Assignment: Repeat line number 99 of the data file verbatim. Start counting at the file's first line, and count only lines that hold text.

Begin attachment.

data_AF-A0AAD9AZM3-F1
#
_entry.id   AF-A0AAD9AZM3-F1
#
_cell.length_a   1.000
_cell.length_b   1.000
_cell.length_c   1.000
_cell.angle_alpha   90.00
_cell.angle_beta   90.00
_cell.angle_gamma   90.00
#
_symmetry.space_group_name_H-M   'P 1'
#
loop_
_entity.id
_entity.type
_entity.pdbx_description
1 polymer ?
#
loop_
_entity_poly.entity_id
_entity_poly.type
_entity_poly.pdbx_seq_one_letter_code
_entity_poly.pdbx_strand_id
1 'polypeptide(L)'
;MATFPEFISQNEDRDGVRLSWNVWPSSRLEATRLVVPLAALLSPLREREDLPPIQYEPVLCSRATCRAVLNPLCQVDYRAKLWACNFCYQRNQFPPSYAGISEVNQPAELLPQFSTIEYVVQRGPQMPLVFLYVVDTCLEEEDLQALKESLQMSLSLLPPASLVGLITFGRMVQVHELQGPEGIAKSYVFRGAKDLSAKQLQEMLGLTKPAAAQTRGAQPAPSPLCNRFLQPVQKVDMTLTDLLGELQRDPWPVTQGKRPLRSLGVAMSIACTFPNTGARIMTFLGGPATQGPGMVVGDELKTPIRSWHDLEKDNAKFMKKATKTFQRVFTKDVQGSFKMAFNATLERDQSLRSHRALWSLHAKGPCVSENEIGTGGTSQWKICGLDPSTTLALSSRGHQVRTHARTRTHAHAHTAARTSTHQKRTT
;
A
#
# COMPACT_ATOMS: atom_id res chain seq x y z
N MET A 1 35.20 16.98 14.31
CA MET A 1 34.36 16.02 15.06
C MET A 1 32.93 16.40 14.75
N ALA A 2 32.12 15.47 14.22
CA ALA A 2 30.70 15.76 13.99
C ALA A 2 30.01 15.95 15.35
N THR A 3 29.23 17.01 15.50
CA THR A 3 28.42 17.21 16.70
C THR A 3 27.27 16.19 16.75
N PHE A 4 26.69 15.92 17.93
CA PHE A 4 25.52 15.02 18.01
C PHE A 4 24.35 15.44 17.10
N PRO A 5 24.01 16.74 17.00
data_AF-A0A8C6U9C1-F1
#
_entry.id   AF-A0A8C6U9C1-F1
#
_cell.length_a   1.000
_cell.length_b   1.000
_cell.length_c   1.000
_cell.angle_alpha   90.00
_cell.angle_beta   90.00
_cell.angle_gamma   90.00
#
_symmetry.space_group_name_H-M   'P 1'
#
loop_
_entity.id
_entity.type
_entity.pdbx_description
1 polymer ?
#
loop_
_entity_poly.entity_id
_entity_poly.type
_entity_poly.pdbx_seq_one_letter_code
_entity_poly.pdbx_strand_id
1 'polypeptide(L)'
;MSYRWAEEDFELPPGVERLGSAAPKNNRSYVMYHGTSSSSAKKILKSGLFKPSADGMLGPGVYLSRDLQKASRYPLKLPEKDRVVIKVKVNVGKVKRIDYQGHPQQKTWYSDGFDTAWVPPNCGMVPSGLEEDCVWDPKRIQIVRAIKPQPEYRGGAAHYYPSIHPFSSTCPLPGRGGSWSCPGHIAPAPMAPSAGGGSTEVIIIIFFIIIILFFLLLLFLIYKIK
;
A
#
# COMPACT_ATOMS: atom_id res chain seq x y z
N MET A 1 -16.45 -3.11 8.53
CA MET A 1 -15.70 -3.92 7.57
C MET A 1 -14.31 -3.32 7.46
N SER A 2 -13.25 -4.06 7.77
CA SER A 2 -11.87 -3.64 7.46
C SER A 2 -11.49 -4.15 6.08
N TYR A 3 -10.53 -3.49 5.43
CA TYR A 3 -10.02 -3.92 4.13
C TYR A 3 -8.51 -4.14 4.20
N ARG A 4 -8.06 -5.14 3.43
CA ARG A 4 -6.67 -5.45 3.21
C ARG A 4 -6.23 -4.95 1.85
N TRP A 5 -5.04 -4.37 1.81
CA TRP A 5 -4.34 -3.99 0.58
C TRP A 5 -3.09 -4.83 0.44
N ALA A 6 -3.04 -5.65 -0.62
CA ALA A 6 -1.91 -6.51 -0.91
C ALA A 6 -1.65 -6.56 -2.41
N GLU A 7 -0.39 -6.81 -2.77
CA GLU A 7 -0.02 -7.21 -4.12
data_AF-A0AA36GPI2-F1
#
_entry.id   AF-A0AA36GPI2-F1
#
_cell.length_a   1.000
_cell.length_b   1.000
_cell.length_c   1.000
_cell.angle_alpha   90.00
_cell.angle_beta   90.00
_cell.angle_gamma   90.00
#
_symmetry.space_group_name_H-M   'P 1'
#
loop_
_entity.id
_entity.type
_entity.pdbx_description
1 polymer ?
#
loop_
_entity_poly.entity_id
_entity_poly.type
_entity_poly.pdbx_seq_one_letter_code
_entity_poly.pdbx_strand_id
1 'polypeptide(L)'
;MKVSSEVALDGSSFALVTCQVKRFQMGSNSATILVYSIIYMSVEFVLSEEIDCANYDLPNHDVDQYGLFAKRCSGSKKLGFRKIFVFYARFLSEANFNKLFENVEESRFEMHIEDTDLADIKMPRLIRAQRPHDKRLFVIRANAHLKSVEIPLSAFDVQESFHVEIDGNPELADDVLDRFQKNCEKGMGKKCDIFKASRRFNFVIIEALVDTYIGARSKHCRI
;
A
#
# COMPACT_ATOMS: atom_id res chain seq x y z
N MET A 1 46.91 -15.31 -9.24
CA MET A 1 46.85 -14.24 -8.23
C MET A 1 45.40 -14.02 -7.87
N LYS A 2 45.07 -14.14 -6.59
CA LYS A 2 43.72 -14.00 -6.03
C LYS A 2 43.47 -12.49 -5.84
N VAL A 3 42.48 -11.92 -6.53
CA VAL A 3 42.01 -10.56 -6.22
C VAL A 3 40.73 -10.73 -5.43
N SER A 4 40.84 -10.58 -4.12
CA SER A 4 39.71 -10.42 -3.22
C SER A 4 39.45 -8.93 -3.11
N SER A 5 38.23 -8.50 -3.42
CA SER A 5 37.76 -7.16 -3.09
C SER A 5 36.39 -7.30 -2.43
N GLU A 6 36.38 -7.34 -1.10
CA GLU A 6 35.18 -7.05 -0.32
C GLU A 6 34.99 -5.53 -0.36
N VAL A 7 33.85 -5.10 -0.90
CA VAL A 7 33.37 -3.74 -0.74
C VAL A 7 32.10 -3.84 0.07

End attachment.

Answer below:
_cell.length_b   1.000